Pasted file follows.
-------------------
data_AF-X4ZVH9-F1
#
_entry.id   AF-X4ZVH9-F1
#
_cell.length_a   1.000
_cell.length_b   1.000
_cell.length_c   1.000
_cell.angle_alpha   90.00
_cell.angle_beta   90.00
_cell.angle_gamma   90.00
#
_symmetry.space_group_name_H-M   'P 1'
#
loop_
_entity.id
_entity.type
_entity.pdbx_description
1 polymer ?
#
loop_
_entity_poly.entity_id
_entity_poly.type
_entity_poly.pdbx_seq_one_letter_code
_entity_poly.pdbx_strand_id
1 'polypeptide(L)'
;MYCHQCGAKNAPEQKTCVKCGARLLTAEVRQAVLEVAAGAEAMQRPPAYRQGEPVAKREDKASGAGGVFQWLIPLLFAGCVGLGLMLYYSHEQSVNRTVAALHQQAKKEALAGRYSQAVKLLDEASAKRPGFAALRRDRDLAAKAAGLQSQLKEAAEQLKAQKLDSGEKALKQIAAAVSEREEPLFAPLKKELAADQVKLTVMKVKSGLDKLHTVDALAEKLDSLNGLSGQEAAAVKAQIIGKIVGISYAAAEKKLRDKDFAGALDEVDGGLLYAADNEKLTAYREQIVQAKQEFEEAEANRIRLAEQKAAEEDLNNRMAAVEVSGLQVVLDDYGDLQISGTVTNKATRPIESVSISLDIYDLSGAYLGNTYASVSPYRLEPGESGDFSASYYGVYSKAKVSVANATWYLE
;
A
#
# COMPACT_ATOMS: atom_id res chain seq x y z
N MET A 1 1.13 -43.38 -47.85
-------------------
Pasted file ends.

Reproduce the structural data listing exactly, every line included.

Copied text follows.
data_AF-X4ZVH9-F1
#
_entry.id   AF-X4ZVH9-F1
#
_cell.length_a   1.000
_cell.length_b   1.000
_cell.length_c   1.000
_cell.angle_alpha   90.00
_cell.angle_beta   90.00
_cell.angle_gamma   90.00
#
_symmetry.space_group_name_H-M   'P 1'
#
loop_
_entity.id
_entity.type
_entity.pdbx_description
1 polymer ?
#
loop_
_entity_poly.entity_id
_entity_poly.type
_entity_poly.pdbx_seq_one_letter_code
_entity_poly.pdbx_strand_id
1 'polypeptide(L)'
;MYCHQCGAKNAPEQKTCVKCGARLLTAEVRQAVLEVAAGAEAMQRPPAYRQGEPVAKREDKASGAGGVFQWLIPLLFAGCVGLGLMLYYSHEQSVNRTVAALHQQAKKEALAGRYSQAVKLLDEASAKRPGFAALRRDRDLAAKAAGLQSQLKEAAEQLKAQKLDSGEKALKQIAAAVSEREEPLFAPLKKELAADQVKLTVMKVKSGLDKLHTVDALAEKLDSLNGLSGQEAAAVKAQIIGKIVGISYAAAEKKLRDKDFAGALDEVDGGLLYAADNEKLTAYREQIVQAKQEFEEAEANRIRLAEQKAAEEDLNNRMAAVEVSGLQVVLDDYGDLQISGTVTNKATRPIESVSISLDIYDLSGAYLGNTYASVSPYRLEPGESGDFSASYYGVYSKAKVSVANATWYLE
;
A
#
# COMPACT_ATOMS: atom_id res chain seq x y z
N MET A 1 1.13 -43.38 -47.85